Not every constituency is a GRC. There are SMCs too, which are single member so it’s really a 1-to-1 fight. The constituency in which they wanted a by-election (although there are no grounds for it legally, and the police has since cleared them away) is the smallest SMC in Singapore. It has been an opposition ward for the past 27 years, and the opposition politician there is a revered and much loved symbol of democracy and a voice for Singaporeans.

    Unfortunately he decided to leave his SMC and go lead a GRC team to contest in the hopes of upping the stakes and winning bigger. He left his wife, who has been helping him in the SMC for the past 27 years, as the candidate in that SMC. Unfortunately she lost to the PAP by (after counting overseas votes) a heart-stopping 78 votes. Which is why many of the residents in Potong Pasir, who have been proud of their “opposition” status, are so upset.

    Since the electoral boundaries get redrawn every elections, there is now the fear that since Potong Pasir SMC has “fallen”, the next elections in 2016 will see it disappear off the map, absorbed into a PAP GRC.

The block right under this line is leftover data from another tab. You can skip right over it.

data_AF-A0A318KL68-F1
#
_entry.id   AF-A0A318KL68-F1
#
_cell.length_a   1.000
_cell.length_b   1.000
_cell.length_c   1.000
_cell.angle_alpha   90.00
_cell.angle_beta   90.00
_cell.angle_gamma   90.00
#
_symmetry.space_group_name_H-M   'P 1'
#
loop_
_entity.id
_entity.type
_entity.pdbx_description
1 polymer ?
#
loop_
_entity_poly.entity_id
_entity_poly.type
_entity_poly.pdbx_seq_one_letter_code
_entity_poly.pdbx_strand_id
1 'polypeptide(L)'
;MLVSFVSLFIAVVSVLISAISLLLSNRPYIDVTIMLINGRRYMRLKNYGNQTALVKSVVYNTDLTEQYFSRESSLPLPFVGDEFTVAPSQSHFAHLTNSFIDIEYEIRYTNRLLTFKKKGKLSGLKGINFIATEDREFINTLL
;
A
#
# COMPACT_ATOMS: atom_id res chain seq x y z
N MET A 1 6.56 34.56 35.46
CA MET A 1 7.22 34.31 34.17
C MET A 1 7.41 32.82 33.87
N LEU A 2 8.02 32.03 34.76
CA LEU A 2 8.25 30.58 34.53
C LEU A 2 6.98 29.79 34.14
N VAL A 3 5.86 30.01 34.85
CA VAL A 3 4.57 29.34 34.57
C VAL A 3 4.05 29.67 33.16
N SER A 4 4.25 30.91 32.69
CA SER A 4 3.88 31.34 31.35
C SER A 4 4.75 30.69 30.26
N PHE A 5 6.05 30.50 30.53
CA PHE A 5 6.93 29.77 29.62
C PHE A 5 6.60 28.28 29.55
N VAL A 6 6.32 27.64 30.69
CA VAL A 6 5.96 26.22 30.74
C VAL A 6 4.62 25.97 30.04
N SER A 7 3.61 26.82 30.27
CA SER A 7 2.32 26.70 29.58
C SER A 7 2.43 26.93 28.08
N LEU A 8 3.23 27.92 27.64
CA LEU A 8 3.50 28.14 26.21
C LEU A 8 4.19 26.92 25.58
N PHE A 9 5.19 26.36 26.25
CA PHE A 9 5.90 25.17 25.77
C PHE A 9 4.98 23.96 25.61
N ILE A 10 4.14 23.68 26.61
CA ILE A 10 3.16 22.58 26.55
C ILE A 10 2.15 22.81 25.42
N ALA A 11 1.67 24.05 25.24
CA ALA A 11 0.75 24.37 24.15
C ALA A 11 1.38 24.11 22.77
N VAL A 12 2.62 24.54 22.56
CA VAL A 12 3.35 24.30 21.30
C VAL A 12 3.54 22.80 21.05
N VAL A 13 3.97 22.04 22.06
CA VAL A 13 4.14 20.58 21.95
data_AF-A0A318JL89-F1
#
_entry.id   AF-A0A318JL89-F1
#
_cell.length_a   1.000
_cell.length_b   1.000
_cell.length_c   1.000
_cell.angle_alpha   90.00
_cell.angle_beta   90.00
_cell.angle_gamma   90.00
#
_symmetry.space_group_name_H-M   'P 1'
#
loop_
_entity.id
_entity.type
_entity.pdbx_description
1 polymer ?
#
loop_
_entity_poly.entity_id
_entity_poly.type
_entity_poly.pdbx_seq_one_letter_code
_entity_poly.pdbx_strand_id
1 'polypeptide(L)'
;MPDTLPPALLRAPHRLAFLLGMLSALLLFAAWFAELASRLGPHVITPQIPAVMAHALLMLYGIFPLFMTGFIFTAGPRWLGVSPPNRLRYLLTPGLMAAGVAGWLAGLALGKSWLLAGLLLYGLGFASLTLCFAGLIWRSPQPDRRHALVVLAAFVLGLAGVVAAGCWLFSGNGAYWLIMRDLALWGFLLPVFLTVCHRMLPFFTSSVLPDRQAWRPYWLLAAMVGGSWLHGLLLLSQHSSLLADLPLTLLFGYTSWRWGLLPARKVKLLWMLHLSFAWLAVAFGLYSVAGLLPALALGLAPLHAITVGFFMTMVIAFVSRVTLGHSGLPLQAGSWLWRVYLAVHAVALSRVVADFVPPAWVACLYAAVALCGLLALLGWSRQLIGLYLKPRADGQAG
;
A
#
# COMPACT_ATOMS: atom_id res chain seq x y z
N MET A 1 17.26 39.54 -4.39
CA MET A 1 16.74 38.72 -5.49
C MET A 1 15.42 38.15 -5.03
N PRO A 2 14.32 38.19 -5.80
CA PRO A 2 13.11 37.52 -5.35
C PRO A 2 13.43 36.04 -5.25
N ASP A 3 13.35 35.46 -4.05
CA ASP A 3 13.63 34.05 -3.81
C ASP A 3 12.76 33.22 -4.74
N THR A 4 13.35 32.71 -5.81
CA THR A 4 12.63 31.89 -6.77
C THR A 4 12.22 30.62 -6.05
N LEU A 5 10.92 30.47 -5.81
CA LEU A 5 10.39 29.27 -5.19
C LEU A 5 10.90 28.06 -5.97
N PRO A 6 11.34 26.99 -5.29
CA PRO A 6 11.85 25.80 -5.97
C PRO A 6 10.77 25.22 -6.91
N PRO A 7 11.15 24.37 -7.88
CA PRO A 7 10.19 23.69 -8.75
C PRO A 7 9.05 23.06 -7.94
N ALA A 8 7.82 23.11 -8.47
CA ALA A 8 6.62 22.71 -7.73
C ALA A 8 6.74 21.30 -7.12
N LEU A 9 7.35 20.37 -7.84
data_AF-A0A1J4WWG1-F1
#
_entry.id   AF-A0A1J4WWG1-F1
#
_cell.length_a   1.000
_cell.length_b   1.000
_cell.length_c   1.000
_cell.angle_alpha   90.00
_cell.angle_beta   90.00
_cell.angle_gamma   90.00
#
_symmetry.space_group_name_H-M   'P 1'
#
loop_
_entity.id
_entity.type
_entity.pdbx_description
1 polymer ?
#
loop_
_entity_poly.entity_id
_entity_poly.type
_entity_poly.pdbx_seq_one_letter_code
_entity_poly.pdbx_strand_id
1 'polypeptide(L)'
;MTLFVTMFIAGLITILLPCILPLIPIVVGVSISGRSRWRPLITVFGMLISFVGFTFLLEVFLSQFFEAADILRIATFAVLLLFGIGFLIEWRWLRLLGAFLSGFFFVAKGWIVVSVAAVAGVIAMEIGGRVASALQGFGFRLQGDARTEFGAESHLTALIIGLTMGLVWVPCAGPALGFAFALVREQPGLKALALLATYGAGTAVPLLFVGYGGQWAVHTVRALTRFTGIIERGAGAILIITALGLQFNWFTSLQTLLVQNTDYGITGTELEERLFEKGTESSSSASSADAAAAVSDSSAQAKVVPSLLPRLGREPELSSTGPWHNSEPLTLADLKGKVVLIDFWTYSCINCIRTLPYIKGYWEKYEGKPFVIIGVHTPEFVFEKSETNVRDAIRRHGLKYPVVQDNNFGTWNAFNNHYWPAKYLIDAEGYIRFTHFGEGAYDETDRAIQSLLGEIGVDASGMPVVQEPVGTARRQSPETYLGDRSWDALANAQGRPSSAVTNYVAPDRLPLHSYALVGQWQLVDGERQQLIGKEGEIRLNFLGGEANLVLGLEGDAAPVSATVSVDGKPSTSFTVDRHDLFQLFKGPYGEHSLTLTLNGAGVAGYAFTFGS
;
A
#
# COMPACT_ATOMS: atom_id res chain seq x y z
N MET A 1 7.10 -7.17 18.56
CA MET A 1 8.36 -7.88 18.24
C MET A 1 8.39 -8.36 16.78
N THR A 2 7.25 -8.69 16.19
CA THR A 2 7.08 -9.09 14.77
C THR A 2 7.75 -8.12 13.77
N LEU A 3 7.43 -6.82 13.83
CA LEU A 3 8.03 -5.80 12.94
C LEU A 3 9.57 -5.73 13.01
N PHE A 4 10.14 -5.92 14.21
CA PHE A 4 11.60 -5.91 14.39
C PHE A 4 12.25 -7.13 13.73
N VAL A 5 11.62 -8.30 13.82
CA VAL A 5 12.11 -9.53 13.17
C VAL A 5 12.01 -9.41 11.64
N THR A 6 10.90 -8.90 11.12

• Crystal says:

      So to be a GRC you need 3 parties? And an SMC is when there are only two parties?

      How are the lines decided? Population? Or is that even a known thing?

      Thanks for all the help Kirsten. Trying to figure this all out from the outside is sometimes quite confusing!

      • kirsten says:

        For both GRCs and SMCs you can have as many parties contesting as they want, although of course in Singapore we hate 3-cornered fights because the odds are stacked against the opposition enough as it is, they don’t need to cannibalise each other’s votes!

        Basically in a SMC (Single Member Constituency), you are just voting for 1 candidate, so it’s really based on the individual candidates that you are voting for.

        A GRC (Group Representative Constituency) is actually kind of like 3, 4, or 5 SMCs grouped together, and then you vote for the team in a winner-takes-all situation. The original rationale was to allow for minority representation (so that minority candidates can get into Parliament even if a majority group will not vote them based on race), but I think Singapore’s moved beyond that now, so really most people now think that the GRC is another way for the PAP to hold on to power.

        They put an “anchor minister” in every GRC to lead the team, which stacks the odds in PAP’s favour because people will probably vote them to keep the minister in Parliament.